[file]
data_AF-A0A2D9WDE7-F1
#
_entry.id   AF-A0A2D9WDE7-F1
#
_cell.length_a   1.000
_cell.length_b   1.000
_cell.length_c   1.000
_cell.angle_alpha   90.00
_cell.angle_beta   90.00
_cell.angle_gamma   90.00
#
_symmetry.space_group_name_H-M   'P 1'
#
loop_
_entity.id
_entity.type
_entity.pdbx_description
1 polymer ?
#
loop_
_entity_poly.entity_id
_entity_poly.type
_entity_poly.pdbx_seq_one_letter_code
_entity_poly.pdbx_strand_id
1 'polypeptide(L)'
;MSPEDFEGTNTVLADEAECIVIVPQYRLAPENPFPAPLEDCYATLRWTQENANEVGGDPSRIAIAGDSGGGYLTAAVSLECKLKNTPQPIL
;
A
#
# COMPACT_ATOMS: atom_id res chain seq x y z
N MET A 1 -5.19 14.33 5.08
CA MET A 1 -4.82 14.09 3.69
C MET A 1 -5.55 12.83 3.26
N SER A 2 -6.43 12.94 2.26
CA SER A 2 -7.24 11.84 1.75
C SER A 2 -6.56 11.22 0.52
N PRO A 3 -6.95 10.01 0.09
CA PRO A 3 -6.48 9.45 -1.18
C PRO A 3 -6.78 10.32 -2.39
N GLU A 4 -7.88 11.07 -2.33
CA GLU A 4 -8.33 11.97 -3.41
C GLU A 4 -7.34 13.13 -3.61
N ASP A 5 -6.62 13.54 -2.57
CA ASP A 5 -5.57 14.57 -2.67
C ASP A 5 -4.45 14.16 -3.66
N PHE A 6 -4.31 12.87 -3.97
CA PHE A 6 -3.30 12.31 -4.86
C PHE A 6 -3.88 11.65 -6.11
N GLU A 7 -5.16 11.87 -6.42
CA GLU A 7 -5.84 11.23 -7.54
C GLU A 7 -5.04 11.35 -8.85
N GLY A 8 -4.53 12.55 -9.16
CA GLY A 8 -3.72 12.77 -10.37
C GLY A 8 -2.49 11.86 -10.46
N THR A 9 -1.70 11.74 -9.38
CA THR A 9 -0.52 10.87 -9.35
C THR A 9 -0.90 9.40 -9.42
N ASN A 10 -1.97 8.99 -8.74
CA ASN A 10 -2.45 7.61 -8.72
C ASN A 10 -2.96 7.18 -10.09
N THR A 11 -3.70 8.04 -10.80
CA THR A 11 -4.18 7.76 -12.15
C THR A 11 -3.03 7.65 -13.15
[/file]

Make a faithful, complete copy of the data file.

data_AF-A0A2D9WDE7-F1
#
_entry.id   AF-A0A2D9WDE7-F1
#
_cell.length_a   1.000
_cell.length_b   1.000
_cell.length_c   1.000
_cell.angle_alpha   90.00
_cell.angle_beta   90.00
_cell.angle_gamma   90.00
#
_symmetry.space_group_name_H-M   'P 1'
#
loop_
_entity.id
_entity.type
_entity.pdbx_description
1 polymer ?
#
loop_
_entity_poly.entity_id
_entity_poly.type
_entity_poly.pdbx_seq_one_letter_code
_entity_poly.pdbx_strand_id
1 'polypeptide(L)'
;MSPEDFEGTNTVLADEAECIVIVPQYRLAPENPFPAPLEDCYATLRWTQENANEVGGDPSRIAIAGDSGGGYLTAAVSLECKLKNTPQPIL
;
A
#
# COMPACT_ATOMS: atom_id res chain seq x y z
N MET A 1 -5.19 14.33 5.08
CA MET A 1 -4.82 14.09 3.69
C MET A 1 -5.55 12.83 3.26
N SER A 2 -6.43 12.94 2.26
CA SER A 2 -7.24 11.84 1.75
C SER A 2 -6.56 11.22 0.52
N PRO A 3 -6.95 10.01 0.09
CA PRO A 3 -6.48 9.45 -1.18
C PRO A 3 -6.78 10.32 -2.39
N GLU A 4 -7.88 11.07 -2.33
CA GLU A 4 -8.33 11.97 -3.41
C GLU A 4 -7.34 13.13 -3.61
N ASP A 5 -6.62 13.54 -2.57
CA ASP A 5 -5.57 14.57 -2.67
C ASP A 5 -4.45 14.16 -3.66
N PHE A 6 -4.31 12.87 -3.97
CA PHE A 6 -3.30 12.31 -4.86
C PHE A 6 -3.88 11.65 -6.11
N GLU A 7 -5.16 11.87 -6.42
CA GLU A 7 -5.84 11.23 -7.54
C GLU A 7 -5.04 11.35 -8.85
N GLY A 8 -4.53 12.55 -9.16
CA GLY A 8 -3.72 12.77 -10.37
C GLY A 8 -2.49 11.86 -10.46
N THR A 9 -1.70 11.74 -9.38
CA THR A 9 -0.52 10.87 -9.35
C THR A 9 -0.90 9.40 -9.42
N ASN A 10 -1.97 8.99 -8.74
CA ASN A 10 -2.45 7.61 -8.72
C ASN A 10 -2.96 7.18 -10.09
N THR A 11 -3.70 8.04 -10.80
CA THR A 11 -4.18 7.76 -12.15
C THR A 11 -3.03 7.65 -13.15